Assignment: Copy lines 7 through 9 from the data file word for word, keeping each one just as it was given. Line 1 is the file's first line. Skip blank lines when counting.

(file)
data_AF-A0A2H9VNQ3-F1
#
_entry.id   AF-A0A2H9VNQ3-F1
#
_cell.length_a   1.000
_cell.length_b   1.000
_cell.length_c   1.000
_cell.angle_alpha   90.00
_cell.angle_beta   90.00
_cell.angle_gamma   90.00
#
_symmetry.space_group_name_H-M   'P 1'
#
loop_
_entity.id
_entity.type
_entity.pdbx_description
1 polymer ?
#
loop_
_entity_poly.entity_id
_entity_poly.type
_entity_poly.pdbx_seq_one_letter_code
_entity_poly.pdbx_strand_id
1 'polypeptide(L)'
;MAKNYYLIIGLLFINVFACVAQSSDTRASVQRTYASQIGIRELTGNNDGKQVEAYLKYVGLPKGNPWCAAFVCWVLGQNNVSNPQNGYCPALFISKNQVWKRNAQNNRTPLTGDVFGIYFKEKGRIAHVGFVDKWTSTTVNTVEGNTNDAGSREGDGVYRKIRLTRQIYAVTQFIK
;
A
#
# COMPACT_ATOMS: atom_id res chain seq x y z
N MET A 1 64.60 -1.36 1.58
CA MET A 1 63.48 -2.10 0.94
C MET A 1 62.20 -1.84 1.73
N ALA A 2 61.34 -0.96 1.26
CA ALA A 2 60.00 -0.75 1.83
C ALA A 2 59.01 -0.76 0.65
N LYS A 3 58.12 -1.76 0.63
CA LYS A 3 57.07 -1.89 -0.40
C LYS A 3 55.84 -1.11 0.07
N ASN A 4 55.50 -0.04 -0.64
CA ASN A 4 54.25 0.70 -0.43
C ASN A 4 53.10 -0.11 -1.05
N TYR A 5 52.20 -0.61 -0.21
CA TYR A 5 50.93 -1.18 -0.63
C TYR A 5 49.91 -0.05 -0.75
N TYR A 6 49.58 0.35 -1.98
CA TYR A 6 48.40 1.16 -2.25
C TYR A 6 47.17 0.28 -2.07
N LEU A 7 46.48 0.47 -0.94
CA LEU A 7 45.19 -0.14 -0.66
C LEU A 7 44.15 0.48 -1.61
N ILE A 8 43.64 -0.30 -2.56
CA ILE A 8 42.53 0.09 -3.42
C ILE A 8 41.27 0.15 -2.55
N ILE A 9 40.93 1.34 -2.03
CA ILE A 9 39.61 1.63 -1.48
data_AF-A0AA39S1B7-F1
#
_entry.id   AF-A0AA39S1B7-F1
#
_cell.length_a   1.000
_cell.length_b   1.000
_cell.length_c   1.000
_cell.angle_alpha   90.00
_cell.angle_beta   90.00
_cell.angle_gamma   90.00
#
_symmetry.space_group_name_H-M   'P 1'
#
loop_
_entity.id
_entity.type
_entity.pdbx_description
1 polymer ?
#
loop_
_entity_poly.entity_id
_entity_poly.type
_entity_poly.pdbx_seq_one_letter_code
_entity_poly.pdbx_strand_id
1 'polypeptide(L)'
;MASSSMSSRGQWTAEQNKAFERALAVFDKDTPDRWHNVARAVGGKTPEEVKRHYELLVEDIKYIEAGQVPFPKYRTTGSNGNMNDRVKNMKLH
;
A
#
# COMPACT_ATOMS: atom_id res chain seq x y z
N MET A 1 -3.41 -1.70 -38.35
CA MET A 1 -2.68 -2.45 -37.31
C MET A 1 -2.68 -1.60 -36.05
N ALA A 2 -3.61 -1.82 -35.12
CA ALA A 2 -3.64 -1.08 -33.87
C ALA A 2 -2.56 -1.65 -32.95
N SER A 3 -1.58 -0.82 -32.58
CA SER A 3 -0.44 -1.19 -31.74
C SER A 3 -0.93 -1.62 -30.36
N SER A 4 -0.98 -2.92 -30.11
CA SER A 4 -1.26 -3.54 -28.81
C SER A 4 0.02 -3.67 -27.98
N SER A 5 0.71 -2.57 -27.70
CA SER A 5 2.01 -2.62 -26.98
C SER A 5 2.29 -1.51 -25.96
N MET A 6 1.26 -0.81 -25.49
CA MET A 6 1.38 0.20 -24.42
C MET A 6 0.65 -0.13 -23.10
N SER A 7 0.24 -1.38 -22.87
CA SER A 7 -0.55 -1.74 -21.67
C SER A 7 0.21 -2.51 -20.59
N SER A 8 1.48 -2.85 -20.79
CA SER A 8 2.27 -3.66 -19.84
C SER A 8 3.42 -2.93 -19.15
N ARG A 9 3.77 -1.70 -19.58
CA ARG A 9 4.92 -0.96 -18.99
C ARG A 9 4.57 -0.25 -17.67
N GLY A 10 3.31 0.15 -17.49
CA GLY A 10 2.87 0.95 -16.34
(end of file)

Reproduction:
_cell.length_c   1.000
_cell.angle_alpha   90.00
_cell.angle_beta   90.00